Travis Carlson riding bareback bronc at 1996 Greenly Independence. Photo: Dan Hubbell / Greeley Independence Stampede Permanent Collection
Greeley Independence Stampede
What began in the early 1900s as an afternoon rodeo
has evolved into what is heralded as the "World's Largest 4th of
July Rodeo." In 1999, more than 400,000 people attended the 14-day
Greeley Independence Stampede, which includes a professional rodeo;
a parade with a U.S. Air Force flyover; flapjack feed and
watermelon feast; art and antique exhibits; a carnival midway and
amusements; country music, featuring Nashville stars; a demolition
derby, and wrestling. Among rodeo events are a kids/youth rodeo,
steer wrestling, ladies barrel wrestling, a wild horse race,
buffalo race, bareback riding contest, calf roping event, saddle
bronco riding, and team roping. At the stampede's 78th annual
celebration in 2000, June 22 through July 4th, the world's top
cowboys and cowgirls compete for $352,000 in prize money.
The city of Greeley takes its name from Horace
Greeley, the eminent editor-in-chief of the
New York Tribune, who sent his agricultural editor, Nathan Meeker, to
Colorado in 1869 to research a story on farming practices. Meeker
was so impressed with the area that he started a town, at the
junction of Cache la Poudre and South Platte rivers, based on his
idea of Utopia. Within a few years, the population of Greeley Union
Colony had reached 1,200.
Members of the surrounding community were invited to
celebrate Greeley's first Independence Day in 1870 at Island Grove
Regional Park, the city's largest park, which still remains the
festival venue. Early 4th of July festivities included fireworks,
bicycle and auto races, boxing matches, and foot races. Today the
park, which lies beside the Cache la Poudre River is 102 acres, and
includes a sports arena, stadium, and activities pavilion. In 1995,
the arena's $4.1 million expansion was completed, increasing its
capacity to 9,500 people for rodeos and 15,000 for concerts.
Greely Spud Days, the Independence Day Celebration
that also honored the area's main cash crop, began in 1906, and
continued during the war years. In 1918, a 2,500 person parade
attracted 10,000 spectators. In 1922, Spud Days was officially
named the Greeley 4th of July Celebration and the Spud Rodeo and
Horseshow. That year 2,500 attendees came. Free events included
bucking bronco riding, fancy roping, pie eating contest, a horse
race, and motorcycle and bicycle races, and a Ford car race. The
chamber of commerce took over the successful event as a community
all volunteer project the next year.
In 1925, the Spud Rodeo became more professional with
the addition of Ivan "Jack" Elliott's Cheyenne Frontier Days rodeo.
He also convinced top cowboys to attend and perform along side
local ranch hands. In 1927, steer wrestling was introduced, and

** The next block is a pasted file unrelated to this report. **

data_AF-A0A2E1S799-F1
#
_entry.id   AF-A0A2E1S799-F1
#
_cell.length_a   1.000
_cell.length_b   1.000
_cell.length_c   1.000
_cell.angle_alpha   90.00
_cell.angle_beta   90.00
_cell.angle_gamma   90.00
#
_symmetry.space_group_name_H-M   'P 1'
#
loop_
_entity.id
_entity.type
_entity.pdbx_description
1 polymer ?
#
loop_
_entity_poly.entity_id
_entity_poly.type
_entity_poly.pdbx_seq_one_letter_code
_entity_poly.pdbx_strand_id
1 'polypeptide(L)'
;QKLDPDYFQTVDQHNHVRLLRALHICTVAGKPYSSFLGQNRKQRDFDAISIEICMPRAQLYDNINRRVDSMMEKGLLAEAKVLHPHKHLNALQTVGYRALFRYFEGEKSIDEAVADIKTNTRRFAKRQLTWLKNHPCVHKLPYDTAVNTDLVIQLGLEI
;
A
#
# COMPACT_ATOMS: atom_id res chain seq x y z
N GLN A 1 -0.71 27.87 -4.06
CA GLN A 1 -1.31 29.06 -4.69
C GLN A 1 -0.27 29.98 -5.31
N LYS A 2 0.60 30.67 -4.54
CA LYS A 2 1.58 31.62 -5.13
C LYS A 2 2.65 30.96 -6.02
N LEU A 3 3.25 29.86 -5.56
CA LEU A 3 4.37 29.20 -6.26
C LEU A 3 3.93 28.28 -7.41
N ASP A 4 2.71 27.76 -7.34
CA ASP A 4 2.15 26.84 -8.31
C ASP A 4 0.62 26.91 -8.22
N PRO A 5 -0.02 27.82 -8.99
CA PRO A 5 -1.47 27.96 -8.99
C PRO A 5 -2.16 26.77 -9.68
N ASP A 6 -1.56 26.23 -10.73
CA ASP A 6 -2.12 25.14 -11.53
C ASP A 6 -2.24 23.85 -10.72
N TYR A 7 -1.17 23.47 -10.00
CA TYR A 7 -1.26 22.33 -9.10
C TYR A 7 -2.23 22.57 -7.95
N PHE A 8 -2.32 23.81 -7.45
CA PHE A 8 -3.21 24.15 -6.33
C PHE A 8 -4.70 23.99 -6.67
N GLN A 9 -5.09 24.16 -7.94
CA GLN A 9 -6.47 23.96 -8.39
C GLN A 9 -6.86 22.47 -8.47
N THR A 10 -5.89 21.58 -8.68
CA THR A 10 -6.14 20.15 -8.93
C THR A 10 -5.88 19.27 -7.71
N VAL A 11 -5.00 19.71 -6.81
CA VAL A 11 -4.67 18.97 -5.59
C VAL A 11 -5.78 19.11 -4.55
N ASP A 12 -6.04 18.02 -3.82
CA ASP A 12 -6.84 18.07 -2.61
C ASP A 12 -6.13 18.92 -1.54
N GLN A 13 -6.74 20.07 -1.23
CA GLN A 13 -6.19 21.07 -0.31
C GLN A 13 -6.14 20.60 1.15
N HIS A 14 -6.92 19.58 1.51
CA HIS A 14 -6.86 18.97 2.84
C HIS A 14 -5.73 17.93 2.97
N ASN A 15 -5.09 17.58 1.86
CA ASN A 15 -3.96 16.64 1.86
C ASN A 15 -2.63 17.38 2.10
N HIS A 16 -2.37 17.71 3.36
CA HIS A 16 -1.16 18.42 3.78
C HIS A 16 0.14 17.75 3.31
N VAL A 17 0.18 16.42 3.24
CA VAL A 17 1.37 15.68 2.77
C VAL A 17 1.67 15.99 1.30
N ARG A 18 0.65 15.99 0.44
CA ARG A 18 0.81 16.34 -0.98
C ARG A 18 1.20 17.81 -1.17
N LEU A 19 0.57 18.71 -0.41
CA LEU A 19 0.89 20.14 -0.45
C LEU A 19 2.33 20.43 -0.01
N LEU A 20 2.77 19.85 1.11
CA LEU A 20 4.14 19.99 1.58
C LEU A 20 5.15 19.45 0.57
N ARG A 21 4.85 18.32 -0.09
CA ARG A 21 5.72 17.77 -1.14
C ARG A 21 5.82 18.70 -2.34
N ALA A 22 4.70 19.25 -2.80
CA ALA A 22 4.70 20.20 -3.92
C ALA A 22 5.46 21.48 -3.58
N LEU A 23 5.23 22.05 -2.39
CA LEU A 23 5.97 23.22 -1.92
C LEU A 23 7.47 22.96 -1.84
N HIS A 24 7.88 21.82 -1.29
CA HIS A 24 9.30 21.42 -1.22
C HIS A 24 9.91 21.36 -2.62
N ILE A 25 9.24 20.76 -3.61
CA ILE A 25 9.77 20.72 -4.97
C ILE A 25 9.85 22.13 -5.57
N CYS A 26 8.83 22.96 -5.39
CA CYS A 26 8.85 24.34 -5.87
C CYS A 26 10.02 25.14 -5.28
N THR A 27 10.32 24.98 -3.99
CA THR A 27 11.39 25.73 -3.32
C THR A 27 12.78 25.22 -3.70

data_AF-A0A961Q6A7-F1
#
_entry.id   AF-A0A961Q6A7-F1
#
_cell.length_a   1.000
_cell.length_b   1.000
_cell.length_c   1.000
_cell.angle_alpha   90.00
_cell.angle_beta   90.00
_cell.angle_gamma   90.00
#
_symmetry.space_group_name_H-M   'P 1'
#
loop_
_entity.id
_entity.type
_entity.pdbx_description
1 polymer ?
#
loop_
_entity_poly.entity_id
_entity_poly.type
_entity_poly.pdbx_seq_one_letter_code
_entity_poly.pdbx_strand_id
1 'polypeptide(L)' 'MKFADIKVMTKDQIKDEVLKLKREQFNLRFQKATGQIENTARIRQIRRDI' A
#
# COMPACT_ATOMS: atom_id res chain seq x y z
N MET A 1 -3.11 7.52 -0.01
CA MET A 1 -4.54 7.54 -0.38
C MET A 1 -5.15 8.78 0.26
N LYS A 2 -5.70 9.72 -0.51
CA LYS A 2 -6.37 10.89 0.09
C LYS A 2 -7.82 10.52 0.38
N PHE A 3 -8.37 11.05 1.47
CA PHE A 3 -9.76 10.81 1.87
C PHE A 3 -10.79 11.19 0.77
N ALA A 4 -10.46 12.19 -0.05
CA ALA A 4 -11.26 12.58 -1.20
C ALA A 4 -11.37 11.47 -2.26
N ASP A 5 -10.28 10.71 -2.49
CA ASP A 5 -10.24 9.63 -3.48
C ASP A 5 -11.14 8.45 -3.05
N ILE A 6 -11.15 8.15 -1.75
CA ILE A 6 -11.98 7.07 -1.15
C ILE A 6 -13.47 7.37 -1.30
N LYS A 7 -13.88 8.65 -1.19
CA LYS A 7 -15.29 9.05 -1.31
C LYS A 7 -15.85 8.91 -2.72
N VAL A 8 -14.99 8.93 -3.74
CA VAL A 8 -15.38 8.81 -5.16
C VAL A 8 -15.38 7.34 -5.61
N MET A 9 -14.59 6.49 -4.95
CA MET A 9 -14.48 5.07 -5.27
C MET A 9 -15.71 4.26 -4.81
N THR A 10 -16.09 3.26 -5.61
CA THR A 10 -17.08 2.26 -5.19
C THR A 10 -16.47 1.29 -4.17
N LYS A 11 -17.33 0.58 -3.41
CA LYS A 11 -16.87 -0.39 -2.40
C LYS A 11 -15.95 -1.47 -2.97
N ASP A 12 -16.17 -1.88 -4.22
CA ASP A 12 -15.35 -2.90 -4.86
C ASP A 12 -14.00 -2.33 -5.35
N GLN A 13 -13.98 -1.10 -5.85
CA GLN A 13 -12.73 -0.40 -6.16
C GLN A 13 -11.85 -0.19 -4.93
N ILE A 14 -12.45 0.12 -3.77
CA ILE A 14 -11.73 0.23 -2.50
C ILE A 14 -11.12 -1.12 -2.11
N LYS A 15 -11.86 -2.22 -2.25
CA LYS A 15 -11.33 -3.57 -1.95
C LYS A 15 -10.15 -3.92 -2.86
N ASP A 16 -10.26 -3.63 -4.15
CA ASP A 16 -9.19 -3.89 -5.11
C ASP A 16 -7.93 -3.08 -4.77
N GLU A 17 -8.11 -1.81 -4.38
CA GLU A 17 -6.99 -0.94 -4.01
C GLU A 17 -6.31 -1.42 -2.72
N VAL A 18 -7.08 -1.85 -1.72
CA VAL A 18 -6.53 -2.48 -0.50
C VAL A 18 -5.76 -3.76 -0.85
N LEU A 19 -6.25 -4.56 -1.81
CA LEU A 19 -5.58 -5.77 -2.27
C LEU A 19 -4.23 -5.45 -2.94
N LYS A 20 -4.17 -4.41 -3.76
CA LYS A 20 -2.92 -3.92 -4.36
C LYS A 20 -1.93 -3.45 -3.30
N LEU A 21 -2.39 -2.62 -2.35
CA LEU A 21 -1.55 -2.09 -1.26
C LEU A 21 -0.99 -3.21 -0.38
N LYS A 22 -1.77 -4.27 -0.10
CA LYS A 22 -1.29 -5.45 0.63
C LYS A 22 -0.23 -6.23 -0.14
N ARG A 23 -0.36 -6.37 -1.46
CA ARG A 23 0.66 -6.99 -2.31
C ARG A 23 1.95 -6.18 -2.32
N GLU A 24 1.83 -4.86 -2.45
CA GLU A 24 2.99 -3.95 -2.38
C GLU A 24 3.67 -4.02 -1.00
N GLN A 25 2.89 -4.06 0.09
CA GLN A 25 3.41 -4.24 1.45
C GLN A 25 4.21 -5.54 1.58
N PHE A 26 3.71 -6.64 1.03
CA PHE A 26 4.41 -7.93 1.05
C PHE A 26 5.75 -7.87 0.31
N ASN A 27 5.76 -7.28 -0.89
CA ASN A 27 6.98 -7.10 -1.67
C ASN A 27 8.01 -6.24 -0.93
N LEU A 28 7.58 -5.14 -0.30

attracted 30,000 people. In 1930, rodeo queens were selected to
help promote the event. By 1945, the rodeo was sanctioned by the
Rodeo Cowboy Association (RCA), precursor to the Professional Rodeo
Cowboy Association (PRCA).
In 1947 entry fees were $25 per rodeo event, and
purses were $400, with a $100 silver anniversary bonus. The five
standard RCA events were Bareback, Bronco and Brahma Bull Riding;
Calf Roping; and Steer Wrestling. Specialty events included a Wild
Horse Race and Wild Cow Milking contest. That same year, to attract
national attention, the rodeo's name was changed to "Go West with
In 1955, chariot races and ladies barrel racing were
added, and the purse had reached $7,000. As the reputation of the
rodeo was growing, attracting world and event champions, ticket
prices were kept affordable for families. A Queen's Ball was added
in 1968, which became the kick-off event. By 1969, the rodeo had
become a national event, with a $5,750 purses. In 1971, a name
contest netted "The Greeley Stampede" to reflect the national
festivity, which has become the ninth largest year round PRCA
rodeo. Since 1972 top entertainment, such as Loretta Lynn, Pat
Boone, Buck Owens, George Jones & Tammy Wynette, Glen Campbell,
Doc Severinson, Reba McEntire, Charlie Pride, Johnny Cash, and
Faith Hill have performed at the stampede. The festival has also
added classic rock concerts to its musical line-up.
The Greeley Independence Stampede was recognized as a
premier event by the International Festival and Events Association,
which bestowed its annual Gold Grand Pinnacle Award in 1999, and
the American Bus Association rated it as one of North America's Top
100 Events in 1998 and 1999.
Documentation comprises a 75th anniversary
commemorative book, nomination material and photographs, a video
promotion, and a ESPN 1999 video.
Originally submitted by: Ben Nighthorse Campbell, Senator.
The Local Legacies project provides a "snapshot" of American Culture as it was expressed in spring of 2000. Consequently, it is not being updated with new or revised information with the exception of "Related Website" links.